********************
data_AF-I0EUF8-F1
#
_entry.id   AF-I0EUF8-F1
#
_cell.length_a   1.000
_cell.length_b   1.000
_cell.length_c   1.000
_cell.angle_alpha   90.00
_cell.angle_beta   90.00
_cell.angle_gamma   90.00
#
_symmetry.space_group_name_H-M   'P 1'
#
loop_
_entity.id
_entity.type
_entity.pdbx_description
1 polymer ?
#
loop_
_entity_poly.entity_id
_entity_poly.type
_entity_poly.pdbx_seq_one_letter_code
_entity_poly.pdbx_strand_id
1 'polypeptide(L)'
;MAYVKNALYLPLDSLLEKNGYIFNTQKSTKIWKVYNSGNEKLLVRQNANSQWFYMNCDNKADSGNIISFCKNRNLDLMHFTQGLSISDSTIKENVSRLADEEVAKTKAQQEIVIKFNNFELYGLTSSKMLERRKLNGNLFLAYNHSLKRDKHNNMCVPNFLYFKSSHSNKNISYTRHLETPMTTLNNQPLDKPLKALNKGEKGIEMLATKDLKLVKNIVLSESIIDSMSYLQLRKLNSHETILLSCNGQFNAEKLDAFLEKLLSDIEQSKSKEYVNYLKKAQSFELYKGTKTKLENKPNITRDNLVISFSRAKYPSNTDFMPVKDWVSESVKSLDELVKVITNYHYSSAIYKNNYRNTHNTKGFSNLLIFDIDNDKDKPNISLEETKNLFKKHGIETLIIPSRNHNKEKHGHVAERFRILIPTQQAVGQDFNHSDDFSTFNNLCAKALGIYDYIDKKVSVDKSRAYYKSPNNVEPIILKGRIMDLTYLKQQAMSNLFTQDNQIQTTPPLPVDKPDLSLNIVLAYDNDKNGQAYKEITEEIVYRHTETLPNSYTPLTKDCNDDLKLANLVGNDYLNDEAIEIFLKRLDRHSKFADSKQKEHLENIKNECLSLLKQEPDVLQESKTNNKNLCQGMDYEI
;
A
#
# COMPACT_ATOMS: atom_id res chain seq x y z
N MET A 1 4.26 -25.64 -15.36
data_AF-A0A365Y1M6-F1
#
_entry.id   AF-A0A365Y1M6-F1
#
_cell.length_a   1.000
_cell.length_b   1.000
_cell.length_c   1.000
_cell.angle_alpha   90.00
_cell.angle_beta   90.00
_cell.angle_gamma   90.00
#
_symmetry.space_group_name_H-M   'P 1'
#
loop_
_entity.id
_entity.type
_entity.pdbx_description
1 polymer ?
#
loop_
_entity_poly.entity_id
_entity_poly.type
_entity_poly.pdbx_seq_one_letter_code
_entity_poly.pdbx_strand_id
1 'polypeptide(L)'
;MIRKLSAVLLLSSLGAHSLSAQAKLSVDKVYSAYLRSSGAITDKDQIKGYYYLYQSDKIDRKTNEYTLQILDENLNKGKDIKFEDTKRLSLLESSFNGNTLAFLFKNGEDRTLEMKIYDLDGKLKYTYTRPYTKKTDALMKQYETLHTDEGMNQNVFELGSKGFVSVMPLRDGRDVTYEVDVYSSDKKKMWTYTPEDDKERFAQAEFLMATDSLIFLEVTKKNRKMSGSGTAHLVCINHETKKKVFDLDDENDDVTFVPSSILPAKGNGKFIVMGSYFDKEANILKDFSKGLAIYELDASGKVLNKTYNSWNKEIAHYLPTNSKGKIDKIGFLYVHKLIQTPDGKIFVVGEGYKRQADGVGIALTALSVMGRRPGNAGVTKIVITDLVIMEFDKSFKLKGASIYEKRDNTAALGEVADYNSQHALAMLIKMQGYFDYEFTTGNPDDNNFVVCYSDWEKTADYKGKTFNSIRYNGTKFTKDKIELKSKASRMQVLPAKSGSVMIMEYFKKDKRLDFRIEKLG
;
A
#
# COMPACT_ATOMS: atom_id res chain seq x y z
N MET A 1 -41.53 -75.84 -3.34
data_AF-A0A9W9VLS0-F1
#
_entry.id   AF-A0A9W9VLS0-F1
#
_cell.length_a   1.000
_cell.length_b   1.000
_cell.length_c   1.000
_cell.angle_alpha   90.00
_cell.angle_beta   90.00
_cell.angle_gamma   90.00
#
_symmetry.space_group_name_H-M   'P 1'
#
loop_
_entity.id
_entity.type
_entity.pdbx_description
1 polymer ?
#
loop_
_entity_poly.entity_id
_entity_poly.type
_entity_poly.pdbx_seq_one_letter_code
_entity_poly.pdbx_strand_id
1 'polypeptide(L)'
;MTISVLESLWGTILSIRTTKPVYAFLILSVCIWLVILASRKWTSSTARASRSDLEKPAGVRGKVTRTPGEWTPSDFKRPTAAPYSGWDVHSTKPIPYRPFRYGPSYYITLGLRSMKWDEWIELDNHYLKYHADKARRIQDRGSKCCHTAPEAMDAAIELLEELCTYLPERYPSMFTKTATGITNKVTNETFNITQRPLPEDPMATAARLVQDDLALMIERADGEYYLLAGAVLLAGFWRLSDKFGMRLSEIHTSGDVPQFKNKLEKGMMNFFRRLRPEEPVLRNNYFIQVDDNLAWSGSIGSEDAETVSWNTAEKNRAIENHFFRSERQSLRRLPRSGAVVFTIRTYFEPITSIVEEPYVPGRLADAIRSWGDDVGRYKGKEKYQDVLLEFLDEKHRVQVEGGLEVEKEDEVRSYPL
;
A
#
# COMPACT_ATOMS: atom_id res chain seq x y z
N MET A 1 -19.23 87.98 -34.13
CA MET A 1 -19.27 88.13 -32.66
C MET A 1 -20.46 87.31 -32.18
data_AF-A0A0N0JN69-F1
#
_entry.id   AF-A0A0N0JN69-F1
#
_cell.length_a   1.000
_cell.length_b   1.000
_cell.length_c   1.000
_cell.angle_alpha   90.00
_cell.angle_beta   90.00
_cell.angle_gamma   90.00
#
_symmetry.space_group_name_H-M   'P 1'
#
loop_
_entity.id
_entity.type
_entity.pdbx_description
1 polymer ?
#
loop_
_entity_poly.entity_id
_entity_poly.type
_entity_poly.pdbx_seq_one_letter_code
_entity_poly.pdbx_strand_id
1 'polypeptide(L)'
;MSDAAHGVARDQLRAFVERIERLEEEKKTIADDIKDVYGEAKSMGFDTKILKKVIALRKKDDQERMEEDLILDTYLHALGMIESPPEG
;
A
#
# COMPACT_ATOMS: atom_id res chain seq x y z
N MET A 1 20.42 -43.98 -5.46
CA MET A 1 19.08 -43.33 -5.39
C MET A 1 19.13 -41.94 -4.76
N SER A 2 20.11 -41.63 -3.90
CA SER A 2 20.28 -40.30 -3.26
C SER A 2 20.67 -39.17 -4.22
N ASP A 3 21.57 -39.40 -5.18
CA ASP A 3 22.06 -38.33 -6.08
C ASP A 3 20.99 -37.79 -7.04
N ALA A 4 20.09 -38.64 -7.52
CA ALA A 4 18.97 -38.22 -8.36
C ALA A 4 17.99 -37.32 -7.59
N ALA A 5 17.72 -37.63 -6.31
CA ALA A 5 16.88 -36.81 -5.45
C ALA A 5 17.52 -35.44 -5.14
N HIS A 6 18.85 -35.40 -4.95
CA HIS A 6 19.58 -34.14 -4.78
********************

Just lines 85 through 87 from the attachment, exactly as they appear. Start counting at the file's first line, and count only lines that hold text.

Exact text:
_entity_poly.pdbx_seq_one_letter_code
_entity_poly.pdbx_strand_id
1 'polypeptide(L)'